NEW YORK (CNS) — Sports films often try to inspire through a fictional story the same enthusiasm raised in the stands by whatever real-life pastime they happen to be portraying.
So it’s somewhat surprising that the basketball-themed drama “Boogie” (Focus) registers as more sullen than rousing. The movie’s streetwise tone, moreover, makes it a gritty experience even for grown viewers.
New York City-bred Chinese American high school basketball star Alfred Chin (newcomer Taylor Takahashi), from whose nickname the picture takes its title, aspires to gain a college scholarship and eventually join the NBA. It is an ambition in which he’s supported by his well-meaning, though ineffectual, dad (Perry Yung). But Boogie faces a number of difficulties, some of his own making.
Disdainful of all but one of his fellow players — the exception being his pal, Richie (Jorge Lendeborg Jr.) — Boogie refuses to be a team player. At daggers drawn with his father (it’s unclear if the couple are divorced or just separated), Boogie’s domineering, cash-strapped mother (Pamelyn Chee) schemes with a professional recruiter, Melvin (Mike Moh), to divert Boogie’s career path in favor of a quicker payout.
Boogie also is distracted by his burgeoning romance with Eleanor (Taylour Paige), a classmate with whom he first carries on a debased flirtation by, among other things, ogling at and complimenting her private parts while she’s skimpily dressed for a workout. This unpromising start, however, leads to the formation of a genuine emotional bond between the two based on the varied challenges each faces.
Drawing on his own experiences, writer-director Eddie Huang, who also plays Boogie’s sympathetic uncle, Jackie, provides some insights into the athlete’s ethnic milieu. This includes the power parents are able to wield, for good or ill, over the lives of their children based on a deep-rooted cultural emphasis on respect for elders and ancestors.
Viewers also will appreciate Boogie’s battle to overcome implicit prejudice. Though only indirectly expressed, the notion that someone of his background doesn’t belong on the court is nonetheless a palpable stereotype and represents a very real barrier for him to surmount.
But Huang’s script is less laudable in its treatment of the picture’s central relationship. A bedroom scene that finds Boogie shyly avowing his status as a virgin to Eleanor (who is not one) also sees him a prey to concerns about the adequacy of his anatomy. Additionally, the screenplay romanticizes the premature physicality to which this encounter leads — shared in by teens who may both be under 18.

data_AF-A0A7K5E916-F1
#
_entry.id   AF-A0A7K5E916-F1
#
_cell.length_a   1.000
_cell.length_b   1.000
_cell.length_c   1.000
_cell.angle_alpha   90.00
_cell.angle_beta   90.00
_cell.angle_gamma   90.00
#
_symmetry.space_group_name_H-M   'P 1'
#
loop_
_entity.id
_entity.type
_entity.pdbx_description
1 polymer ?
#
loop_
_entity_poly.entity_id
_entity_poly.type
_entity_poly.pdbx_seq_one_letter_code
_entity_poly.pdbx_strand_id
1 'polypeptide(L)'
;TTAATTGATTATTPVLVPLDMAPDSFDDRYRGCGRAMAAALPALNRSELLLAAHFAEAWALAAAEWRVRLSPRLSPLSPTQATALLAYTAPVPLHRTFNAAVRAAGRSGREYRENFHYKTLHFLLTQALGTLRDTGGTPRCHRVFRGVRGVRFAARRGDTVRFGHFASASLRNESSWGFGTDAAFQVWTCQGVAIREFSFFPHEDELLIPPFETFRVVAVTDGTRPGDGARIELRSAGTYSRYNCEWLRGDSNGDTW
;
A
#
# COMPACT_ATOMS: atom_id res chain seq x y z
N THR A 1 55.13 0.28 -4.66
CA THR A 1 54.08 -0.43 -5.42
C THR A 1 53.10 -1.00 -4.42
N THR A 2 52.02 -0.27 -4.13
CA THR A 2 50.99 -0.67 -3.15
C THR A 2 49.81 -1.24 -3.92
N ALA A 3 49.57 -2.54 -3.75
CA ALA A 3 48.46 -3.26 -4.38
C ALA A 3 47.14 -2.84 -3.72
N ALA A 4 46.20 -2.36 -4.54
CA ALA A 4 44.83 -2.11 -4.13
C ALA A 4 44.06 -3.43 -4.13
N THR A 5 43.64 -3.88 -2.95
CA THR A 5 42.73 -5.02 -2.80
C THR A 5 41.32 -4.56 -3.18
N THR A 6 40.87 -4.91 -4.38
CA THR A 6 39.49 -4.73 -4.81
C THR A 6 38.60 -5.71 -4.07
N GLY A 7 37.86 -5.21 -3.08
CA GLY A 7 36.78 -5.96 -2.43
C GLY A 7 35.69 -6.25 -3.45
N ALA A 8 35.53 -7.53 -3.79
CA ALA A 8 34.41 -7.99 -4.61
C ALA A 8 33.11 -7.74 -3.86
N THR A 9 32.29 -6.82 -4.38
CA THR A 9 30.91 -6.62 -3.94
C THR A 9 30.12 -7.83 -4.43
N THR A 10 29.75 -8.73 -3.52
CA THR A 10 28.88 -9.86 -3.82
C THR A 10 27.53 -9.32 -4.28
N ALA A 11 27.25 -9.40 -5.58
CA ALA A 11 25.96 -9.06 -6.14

Similarly, Boogie’s repeated use of marijuana is treated as a routine activity.
In cinematic terms, Huang tweaks the conventions of the genre here and there. But the plot still culminates in an old-fashioned climactic showdown with Monk — played by the late rapper Bashar “Pop Smoke” Jackson — Boogie’s only worthy rival.
Visits to Shan (Huang’s mom, Jessica), a fortune teller, frame the story. Rather than a vehicle for introducing any genuinely occult element into the proceedings, however, her presence is simply a means of explaining the differing temperaments that cause the turmoil by which Boogie’s family is beset. In elucidating these problems, she’s ultimately more muse than medium.
The film contains drug use, offscreen and possibly underage premarital sexual activity, vulgar banter, at least one profanity, a couple of milder oaths as well as pervasive rough and much crude language. The Catholic News Service classification is A-III — adults. The Motion Picture Association rating is R — restricted. Under 17 requires accompanying parent or adult guardian.
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Mulderig is on the staff of Catholic News Service.
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Streetwise and sullen sports drama in which the aspirations of a New York City high school basketball star (newcomer Taylor Takahashi) to gain a college scholarship and eventually join the NBA are hindered by several factors. These include his disrespect for all but one (Jorge Lendeborg Jr.) of his fellow players, his consequent refusal to be a team player, his domineering mother’s (Pamelyn Chee) schemes for a quicker payout, her enmity toward his supportive but ineffectual dad (Perry Yung) and the distraction of a burgeoning romance with a classmate (Taylour Paige). Writer-director Eddie Huang, who also plays the athlete’s sympathetic uncle, provides some insights into Chinese-American culture and his main character’s battle to overcome implicit prejudice can be applauded. But the script romanticizes the premature physicality of the central relationship, treats smoking pot as a routine activity and merely tweaks the conventions of the genre while building up to an old-fashioned climactic showdown with the protagonist’s only worthy rival (rapper Bashar “Pop Smoke” Jackson). Drug use, offscreen and possibly underage premarital sexual activity, vulgar banter, at least one profanity, a couple of milder oaths, pervasive rough and much crude language. The Catholic News Service classification is A-III — adults. The Motion Picture Association rating is R — restricted. Under 17 requires accompanying parent or adult guardian.
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“Boogie” (Focus) — Catholic News Service classification, A-III — adults. Motion Picture Association rating, R — restricted. Under 17 requires accompanying parent or adult guardian.